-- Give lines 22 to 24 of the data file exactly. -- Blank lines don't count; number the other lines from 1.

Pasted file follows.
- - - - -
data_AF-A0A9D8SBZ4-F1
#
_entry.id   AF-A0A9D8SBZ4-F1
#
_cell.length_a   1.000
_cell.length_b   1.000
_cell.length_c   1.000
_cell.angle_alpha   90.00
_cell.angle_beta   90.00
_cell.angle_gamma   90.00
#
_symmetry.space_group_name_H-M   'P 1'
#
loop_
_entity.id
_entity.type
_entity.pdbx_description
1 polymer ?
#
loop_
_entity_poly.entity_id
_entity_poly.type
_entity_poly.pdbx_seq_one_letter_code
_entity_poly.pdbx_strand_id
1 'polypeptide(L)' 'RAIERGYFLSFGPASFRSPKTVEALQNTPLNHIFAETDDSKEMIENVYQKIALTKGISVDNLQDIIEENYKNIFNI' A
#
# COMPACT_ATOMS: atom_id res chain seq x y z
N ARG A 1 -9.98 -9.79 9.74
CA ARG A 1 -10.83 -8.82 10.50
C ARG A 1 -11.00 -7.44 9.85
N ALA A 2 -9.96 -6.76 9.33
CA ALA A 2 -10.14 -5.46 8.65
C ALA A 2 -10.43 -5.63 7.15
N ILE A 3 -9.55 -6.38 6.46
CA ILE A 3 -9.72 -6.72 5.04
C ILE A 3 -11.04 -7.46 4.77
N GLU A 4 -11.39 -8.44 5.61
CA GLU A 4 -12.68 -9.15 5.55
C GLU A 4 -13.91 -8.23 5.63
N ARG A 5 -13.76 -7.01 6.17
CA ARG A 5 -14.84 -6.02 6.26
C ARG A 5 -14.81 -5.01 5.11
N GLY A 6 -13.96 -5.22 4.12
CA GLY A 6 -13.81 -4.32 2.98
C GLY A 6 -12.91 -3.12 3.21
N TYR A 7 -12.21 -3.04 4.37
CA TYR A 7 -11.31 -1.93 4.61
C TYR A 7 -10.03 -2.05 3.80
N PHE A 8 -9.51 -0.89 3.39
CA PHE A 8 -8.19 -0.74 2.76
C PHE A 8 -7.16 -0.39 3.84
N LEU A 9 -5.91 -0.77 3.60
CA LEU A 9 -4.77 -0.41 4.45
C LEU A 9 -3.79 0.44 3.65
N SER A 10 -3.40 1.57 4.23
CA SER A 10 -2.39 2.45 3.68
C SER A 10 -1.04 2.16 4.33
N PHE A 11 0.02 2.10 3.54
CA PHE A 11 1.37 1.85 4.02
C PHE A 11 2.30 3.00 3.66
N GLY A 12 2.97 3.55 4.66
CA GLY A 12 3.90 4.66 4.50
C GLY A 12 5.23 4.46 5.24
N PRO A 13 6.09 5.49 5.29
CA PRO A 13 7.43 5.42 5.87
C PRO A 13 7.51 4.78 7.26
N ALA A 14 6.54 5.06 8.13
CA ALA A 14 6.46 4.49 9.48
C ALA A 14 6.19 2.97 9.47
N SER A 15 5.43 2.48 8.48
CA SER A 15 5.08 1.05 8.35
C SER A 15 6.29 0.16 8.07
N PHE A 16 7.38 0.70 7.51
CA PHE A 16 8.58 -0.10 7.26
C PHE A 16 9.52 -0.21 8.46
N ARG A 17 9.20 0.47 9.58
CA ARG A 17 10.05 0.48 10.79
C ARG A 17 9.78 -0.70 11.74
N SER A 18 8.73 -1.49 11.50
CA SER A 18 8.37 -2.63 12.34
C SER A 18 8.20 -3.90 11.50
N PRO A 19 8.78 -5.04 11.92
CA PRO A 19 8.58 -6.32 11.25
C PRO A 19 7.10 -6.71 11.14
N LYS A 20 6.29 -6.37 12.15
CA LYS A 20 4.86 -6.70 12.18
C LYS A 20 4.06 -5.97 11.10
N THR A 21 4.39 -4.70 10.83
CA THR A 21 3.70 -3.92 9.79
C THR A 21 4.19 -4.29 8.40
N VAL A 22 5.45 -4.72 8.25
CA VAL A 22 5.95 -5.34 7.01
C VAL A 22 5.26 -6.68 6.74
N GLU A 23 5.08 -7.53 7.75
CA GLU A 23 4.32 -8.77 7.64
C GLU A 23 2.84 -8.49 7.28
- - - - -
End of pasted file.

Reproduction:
_entity_poly.type
_entity_poly.pdbx_seq_one_letter_code
_entity_poly.pdbx_strand_id